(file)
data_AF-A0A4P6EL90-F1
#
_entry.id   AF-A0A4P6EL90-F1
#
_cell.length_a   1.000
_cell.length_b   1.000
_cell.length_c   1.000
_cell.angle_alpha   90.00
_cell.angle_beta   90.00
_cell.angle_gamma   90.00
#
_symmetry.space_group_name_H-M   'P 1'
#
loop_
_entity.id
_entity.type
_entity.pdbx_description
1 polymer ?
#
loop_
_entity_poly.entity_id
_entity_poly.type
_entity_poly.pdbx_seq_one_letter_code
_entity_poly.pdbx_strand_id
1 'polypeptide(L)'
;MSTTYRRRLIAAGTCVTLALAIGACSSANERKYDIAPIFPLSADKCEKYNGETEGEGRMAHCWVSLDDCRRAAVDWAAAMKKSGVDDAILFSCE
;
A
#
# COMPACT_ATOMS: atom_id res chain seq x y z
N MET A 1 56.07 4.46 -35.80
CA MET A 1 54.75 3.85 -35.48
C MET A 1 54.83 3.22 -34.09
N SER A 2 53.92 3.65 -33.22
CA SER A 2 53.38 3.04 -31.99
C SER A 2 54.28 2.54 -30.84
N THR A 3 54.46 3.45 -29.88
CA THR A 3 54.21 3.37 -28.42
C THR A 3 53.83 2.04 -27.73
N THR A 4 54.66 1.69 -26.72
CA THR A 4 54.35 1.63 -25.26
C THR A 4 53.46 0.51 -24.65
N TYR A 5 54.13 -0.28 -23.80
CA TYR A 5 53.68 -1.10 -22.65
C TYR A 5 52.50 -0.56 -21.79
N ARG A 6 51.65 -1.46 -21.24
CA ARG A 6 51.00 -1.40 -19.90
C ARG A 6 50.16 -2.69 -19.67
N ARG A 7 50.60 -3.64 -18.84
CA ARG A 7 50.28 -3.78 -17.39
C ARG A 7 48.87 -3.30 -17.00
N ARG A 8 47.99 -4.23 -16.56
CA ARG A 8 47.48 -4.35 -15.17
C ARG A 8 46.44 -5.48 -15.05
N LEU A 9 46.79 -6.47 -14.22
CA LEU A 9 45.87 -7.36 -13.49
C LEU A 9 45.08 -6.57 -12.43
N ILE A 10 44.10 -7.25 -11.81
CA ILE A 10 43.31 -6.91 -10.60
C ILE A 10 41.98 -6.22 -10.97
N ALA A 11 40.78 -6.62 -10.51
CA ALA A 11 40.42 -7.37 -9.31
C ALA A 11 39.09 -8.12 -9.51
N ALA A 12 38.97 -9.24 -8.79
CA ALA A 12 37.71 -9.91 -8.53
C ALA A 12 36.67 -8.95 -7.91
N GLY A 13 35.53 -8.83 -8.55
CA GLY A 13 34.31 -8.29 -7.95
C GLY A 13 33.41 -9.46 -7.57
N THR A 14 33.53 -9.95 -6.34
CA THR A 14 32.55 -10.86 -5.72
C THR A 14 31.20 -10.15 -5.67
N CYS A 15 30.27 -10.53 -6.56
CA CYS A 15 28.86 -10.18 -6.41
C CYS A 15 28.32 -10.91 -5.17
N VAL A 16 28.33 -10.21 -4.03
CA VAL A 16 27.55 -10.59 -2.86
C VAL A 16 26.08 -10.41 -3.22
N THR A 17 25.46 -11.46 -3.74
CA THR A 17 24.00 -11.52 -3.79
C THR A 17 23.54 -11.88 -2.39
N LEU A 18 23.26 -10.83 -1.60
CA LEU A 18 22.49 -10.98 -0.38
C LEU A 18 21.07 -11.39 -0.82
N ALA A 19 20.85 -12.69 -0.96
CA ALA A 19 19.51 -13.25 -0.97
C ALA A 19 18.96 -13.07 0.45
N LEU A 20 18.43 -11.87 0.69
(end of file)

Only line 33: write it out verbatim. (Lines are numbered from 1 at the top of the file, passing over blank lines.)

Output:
C MET A 1 54.83 3.22 -34.09